dorsed nor named candidates, but stood
ready to help any genuine movement for
good government. He presented Wayne
MacVeaitgh who made a brief speech, in
troducing Governor Folk.
Governor Folk's Speech.
Governor Folk spoke in part as follows:
The most conspicuous fact of municipal
governments in the United States today
is that they are governments by the few
(and not by the people. There is more ag
rressive rottenness and less airirreHMl v n-
trlotism In our large cities than anywhere
elBe- 1 tl,e I'ltrlotlsm can be made as
aggressive as the rottenness, the problem
? l Knvernment wm.M he solved hv the
people taking the government into theirJ
own nanos. it corruption exists in rnn-
adelphla the people are to blame; if cor-
ruption ,8 to b eradicated the people alone
can do it. The fight you are making here
a battle which will be felt by every
.wnl clty ."I"1 8Utte ln the land- The .ben
Pl ,,f a vie ory for good government will
be universal and the evil effects of a de
feat will demoralize those who believe In
good government by the people. The aver
age man does not appreciate the solemn
duty he owes his city, state and his coun
try. The . moral revival now sweeping over
the land means the patriotism that comes
from the heuurt, not from the head.
Many nun would be wllllnBTrf-Tn?erT;
to give" up their lives for their city or
(tale, if they are needed, sometimes, and
this kind of patriotism cannot be too highly
commended, but the man who is willing
to live for his city and state -every day
is the man that la needed just now. There
may oe an mucn patriotism in giving one a
j tiWe to the betterment of civic conditions
: rnd the election of good men to office and
n P"''".? ne.,Pa"i," tn Lr'"K mL!
, uiruni 1 u iiiu i it 1 1 , , ail iiciiir. i uri a
never was a time when the need for pa
triotlc men In public affairs was greater
than now. We need more men actuated
alone by the public good and fewer of
those who are in politics merely for reve
nue. The strength of the lawless element Is
aa nothing when it comes ln contact with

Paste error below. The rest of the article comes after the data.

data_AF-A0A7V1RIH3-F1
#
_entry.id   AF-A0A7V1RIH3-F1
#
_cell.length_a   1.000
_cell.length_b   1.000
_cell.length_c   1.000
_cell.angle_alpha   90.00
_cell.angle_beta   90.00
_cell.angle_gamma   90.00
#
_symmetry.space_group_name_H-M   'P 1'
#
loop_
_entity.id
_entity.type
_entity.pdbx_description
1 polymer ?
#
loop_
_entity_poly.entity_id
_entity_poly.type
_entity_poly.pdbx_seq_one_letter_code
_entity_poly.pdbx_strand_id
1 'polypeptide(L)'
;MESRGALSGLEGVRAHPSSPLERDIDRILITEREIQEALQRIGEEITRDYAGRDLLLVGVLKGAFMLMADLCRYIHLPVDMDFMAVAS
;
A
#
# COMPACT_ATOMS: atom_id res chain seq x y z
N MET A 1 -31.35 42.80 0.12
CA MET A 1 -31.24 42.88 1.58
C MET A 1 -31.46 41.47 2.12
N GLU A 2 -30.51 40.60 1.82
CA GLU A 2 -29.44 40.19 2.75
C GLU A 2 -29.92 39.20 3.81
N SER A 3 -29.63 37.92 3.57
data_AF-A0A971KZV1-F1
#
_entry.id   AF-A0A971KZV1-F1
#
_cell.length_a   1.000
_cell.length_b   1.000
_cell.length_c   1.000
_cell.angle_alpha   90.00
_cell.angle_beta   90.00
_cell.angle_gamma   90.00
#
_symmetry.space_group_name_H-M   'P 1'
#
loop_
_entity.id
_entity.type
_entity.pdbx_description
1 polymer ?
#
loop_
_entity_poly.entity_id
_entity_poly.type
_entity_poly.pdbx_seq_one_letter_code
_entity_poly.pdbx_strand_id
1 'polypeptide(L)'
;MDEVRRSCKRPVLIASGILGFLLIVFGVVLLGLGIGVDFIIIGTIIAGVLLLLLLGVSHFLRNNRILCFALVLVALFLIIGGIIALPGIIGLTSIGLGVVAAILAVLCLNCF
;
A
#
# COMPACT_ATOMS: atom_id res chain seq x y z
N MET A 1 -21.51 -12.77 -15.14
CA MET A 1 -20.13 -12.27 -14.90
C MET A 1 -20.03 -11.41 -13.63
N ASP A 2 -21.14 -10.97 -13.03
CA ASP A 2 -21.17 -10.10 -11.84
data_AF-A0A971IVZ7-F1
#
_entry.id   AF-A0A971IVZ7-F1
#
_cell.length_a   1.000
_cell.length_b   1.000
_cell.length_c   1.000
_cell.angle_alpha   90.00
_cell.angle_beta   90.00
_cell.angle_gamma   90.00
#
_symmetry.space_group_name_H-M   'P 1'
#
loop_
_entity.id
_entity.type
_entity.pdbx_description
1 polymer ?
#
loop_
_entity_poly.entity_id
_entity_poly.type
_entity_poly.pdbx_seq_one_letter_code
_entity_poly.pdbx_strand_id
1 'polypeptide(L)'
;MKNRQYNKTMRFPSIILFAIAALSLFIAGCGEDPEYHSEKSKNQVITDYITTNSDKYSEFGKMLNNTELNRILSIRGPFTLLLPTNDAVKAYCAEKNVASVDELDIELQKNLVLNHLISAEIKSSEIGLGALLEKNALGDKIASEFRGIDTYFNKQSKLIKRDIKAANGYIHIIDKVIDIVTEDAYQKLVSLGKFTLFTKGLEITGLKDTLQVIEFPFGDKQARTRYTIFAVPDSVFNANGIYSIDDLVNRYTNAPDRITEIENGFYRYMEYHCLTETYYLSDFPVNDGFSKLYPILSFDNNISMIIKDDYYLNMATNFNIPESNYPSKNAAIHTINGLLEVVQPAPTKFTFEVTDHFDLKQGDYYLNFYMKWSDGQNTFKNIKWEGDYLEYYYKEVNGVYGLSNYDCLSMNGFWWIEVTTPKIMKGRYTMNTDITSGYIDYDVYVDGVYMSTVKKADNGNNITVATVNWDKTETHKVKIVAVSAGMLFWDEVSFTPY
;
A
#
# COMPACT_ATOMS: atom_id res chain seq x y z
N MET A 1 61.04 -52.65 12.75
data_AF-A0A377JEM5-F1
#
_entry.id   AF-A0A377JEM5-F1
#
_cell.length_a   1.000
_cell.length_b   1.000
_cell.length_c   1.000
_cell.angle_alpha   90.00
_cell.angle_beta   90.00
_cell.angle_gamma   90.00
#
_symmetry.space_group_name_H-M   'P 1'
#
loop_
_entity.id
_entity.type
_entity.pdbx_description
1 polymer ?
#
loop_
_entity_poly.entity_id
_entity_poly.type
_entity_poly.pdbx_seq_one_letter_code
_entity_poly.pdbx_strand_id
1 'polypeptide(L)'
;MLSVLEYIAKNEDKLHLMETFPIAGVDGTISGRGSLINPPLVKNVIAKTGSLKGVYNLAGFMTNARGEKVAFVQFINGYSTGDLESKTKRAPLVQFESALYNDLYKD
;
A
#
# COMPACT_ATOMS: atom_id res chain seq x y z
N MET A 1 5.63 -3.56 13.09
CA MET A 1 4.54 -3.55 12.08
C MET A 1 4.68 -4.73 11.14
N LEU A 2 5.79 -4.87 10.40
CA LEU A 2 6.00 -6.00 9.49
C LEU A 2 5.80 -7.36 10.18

a public conscience thoroughly aroused.
Philadelphia at last seems to be awakened,
and, though the gang has been strong. It
Is being shattered beneath the shafts of
: . . t . 1 . . ..nnl.,n . . 1 , . r I I..,. .1., 1,1 ..
Mayor Weaver. The people can overthrow
civic evil wnenever iiiey want 10 ana Rei
Just as good government as they deserve
or aa had as they permit It to become. The
law-abiding people are In the majority in
Philadelphia and there Is hardly a com
munity in this country of which this can
-J nrtt he stilH Thev are usuallv oufet hnw
, ever, while the lawless are so vociferous
' 11 a tn i1m VP OOIIIV MM in Ilieil' nilniliot
! They may bluff and bulldoze, but they
are cowards and it resolutely fought can
be overcome. They are always active, how
ever, while the average good citizen bt
comes active only occasionally.
Great Moral Revolution.
The moral revolution that Is now sweep
ing over the land Is merely a revival of the
rule of the people. Four years ago the
y. John U. J i,lwB uguinst bribery In all of the statei procession from the apartments which had
Wlllard P. i were considered as practically dead letters. hern ort,unied hv Sir Henrv Th.,. ..,
J c.,..l,t I Not because the offense was uncommon. De" ootuPea Dy Blr Henry. Ihese apart
J. ; . but because it was uncommon for officials j nients are at the other end of Stratton
... I tr I.,, it IV l, ,t lh. a... ........ I
! vaa not enforced bribery became the usual
! and expected thing all over the land; cor-
rupt men feasted and fattened at public
expense; laws became merchandise on the
! market and all tills time the public enn-
1 Bcle,ic u",leep- i'T ,L'Le rifHlai!i0!l
came the people saw that they had been
j piu,iavred. they saw the offense In all of I'a
i enormitv, and from one end of the land to
I Dro"twted nrlvllt'gea are irrafta and should
ne naieiui iu rreiy ian iiniiuru niiu.
I '"r" v .Ti' y .7.. ... ....I i.
a.orol.' ,n.R ' " " " "" . '"'J''
ikelibool or mat, we win pass irom vne
sordid age of commercial into Hie age of
Functions of Political Parties.
A political party has no right to ask for
support because it is that party, but be
cause It stands fur the right. If a political
party cannot get votes on the ground of
patriotism, it has no right to ask for votes
on the ground of partisanship. Under our
form of government political parties are
necessary, for it is through them .hat the
people can come to agreements on public
questions and announce their principles and
' micniiuil". UUI ,iiiii.ai fain- piiuiuu lto
i the servants oi ine people, not iimr mas-
! tei s. a n. c ,,.,. m wm uru "i iuri y
i and' grafting, using the terms as 'they are co-operste with Major Taggart In manag
I commonly used, synonymously. While the ing the children she ev ntually will have
rneci on mi puouc may oe as iiijjrious
from graniua mm iioth uoaMiung. inert is a
fore dawn today. From 10 o'clock to 1
o'clock he was engaged in receiving visitors
among them was Mayor Weaver. At 1.30
the Missouri governor was the gutst of
members of the City club at luncheon at
the Union Ieague.
The governor spoke informally and said
4CuuUuud on Second Page.
COLD AND DARKNESS IN ERIE
Kiploslea of Natural Cat Destroys
Hereltlae; Station and fata Oft
Efl IE, Pa., Oct. 1. Two terrific explo
sions at the main supply house of the
Pennsylvania lias company. Just outside the
city, this evening have cut off the supply of
all natural gas used for hnating and light
ing In the city. One man, the gashnus
tender. Benjamin pnnKvnn. aged 36 years.
Is In Ilamofs hospital, not expected to live
and his little son. Nell Donavsn, aged 4. Is
so badly burned that his recovery Is doubt